Here is the crux of the SG's position, clipped from the introductory paragraph to the brief's argument section:
In other words, (1) the Court is likely to get this issue (if not this precise case) next Term regardless, and (2) this particular case has a glaring vehicle issue."The parties are currently briefing this case in the court of appeals on an expedited basis. The opening brief for the Secretary of Health and Human Services has already been filed in that court (along with 19 amici briefs), and oral argument is scheduled to be held in approximately 60 days. Especially given the court of appeals’ imminent consideration of this case, there is no basis for short-circuiting the normal course of appellate review by granting a writ of certiorari before judgment. Moreover, this case would make a poor vehicle to address the constitutionality of the Affordable Care Act’s minimum coverage provision because petitioner’s claim to standing rests entirely on a novel “declaratory” state statute (Pet. App. 66), and that threshold jurisdictional question could readily prevent the Court from reaching the merits of petitioner’s claim. The petition should be denied."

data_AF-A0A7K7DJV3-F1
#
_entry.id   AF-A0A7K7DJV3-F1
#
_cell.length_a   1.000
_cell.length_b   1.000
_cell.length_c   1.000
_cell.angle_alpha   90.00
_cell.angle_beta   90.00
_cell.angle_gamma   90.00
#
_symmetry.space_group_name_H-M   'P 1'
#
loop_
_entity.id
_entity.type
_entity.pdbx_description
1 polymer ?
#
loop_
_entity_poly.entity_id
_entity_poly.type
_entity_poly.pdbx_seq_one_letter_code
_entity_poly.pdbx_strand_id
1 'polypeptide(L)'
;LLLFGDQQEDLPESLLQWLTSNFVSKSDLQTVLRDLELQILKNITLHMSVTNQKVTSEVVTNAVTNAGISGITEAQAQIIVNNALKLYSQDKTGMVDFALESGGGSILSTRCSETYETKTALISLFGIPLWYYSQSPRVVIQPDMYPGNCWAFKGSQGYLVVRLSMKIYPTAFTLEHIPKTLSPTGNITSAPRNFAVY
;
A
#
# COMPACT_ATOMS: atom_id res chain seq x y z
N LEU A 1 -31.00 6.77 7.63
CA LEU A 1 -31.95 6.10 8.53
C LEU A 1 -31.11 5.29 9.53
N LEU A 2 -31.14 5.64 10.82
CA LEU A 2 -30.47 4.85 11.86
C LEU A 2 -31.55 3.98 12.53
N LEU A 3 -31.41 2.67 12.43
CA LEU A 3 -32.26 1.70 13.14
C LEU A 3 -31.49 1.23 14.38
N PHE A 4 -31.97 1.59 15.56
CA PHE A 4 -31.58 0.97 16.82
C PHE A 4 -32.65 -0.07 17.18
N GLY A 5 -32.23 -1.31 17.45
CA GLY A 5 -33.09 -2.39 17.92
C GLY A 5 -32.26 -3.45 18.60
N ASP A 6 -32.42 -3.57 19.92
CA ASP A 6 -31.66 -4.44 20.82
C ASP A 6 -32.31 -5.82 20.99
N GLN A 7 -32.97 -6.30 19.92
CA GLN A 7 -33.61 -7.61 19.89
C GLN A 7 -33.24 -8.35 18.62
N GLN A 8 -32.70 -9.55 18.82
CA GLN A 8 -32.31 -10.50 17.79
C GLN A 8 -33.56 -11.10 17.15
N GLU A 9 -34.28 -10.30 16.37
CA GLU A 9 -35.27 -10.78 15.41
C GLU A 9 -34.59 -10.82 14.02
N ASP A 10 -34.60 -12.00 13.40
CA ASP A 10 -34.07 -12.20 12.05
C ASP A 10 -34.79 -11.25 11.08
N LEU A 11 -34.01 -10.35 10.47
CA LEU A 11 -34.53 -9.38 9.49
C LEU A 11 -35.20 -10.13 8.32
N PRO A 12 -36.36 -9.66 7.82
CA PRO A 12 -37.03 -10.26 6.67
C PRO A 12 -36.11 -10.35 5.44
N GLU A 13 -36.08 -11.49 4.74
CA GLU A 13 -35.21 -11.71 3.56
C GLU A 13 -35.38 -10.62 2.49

The Supreme Court will now schedule consideration of Virginia's petition for an upcoming conference of the justices, likely in the next three weeks. Following that conference, the Court will issue its decision as to whether to grant review as part of the next order list (though sometimes cases are re-listed by the justices, causing some delay before resolution).